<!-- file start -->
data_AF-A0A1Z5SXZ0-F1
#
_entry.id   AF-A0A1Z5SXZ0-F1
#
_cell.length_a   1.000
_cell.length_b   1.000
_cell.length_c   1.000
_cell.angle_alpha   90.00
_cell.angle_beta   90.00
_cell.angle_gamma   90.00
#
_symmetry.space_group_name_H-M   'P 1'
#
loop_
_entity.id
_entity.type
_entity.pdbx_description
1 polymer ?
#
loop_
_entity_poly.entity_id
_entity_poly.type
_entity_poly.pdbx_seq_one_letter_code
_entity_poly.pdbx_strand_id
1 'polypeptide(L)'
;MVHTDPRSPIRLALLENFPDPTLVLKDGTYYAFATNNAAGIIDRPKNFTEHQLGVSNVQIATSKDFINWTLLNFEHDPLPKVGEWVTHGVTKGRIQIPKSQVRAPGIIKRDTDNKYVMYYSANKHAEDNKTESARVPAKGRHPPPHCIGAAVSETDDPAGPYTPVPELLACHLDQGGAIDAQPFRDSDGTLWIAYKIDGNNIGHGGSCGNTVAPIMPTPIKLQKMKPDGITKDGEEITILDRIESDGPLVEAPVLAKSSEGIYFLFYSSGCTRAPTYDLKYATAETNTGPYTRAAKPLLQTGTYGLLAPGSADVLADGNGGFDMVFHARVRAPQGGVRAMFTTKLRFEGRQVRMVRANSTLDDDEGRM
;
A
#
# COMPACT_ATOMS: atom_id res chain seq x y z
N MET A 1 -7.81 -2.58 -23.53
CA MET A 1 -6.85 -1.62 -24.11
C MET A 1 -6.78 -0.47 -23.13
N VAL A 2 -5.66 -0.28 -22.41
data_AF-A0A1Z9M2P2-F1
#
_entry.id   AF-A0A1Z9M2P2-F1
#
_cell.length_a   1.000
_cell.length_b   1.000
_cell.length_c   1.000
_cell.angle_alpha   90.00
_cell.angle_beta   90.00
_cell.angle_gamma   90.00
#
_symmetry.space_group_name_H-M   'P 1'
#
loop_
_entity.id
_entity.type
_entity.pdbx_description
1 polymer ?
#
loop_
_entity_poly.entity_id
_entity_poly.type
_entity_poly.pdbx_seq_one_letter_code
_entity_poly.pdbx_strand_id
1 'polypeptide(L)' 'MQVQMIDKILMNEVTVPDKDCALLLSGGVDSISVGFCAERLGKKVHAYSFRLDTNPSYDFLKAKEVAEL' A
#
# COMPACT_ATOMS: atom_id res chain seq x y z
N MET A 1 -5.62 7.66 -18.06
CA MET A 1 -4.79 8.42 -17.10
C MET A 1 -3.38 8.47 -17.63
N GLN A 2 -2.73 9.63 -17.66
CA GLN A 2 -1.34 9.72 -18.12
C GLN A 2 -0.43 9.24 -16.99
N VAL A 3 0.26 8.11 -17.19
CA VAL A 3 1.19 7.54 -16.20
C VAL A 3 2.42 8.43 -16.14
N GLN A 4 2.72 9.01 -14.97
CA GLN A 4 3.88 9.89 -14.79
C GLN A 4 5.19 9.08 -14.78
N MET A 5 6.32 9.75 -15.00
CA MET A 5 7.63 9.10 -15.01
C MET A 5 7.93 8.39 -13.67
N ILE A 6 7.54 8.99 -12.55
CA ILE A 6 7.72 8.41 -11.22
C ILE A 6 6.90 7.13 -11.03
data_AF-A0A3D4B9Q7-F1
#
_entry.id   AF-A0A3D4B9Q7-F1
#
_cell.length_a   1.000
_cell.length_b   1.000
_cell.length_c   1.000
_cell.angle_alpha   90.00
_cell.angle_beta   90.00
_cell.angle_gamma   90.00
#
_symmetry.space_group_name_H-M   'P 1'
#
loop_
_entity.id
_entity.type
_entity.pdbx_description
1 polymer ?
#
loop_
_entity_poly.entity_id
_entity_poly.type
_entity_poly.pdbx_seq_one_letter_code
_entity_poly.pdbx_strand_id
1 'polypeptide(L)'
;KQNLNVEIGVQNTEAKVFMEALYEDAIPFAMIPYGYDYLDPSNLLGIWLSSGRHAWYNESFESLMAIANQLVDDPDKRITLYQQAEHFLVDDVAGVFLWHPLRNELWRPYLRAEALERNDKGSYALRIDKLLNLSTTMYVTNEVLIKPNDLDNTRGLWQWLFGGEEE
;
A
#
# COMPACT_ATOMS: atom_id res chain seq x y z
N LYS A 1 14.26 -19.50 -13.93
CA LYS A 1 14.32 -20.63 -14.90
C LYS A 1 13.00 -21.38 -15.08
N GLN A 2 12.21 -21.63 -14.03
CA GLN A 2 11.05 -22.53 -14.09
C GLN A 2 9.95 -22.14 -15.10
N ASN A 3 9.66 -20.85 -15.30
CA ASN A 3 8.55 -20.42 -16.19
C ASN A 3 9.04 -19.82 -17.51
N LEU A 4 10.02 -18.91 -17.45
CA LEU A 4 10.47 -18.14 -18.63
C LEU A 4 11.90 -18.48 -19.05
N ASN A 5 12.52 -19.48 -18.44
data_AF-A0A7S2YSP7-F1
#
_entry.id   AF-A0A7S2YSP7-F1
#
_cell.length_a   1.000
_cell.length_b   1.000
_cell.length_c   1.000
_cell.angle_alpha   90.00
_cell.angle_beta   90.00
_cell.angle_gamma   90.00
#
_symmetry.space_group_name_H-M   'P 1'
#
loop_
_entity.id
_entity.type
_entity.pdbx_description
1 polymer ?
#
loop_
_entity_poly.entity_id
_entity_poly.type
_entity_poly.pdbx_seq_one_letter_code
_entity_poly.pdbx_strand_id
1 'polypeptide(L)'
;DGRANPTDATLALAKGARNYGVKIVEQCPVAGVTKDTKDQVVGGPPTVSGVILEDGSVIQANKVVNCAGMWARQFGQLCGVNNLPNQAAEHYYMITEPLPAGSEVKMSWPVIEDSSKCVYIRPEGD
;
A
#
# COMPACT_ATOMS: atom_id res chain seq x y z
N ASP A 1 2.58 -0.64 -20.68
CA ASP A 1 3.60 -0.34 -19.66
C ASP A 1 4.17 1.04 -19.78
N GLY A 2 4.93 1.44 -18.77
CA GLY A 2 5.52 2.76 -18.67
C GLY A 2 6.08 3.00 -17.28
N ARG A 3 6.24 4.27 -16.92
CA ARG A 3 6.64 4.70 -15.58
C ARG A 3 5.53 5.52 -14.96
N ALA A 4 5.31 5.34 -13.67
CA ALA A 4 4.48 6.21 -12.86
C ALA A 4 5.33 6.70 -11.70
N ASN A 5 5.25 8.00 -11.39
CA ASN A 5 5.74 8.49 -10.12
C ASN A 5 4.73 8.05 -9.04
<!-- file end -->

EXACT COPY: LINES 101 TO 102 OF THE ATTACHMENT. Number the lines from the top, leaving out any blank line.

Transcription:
_entity_poly.type
_entity_poly.pdbx_seq_one_letter_code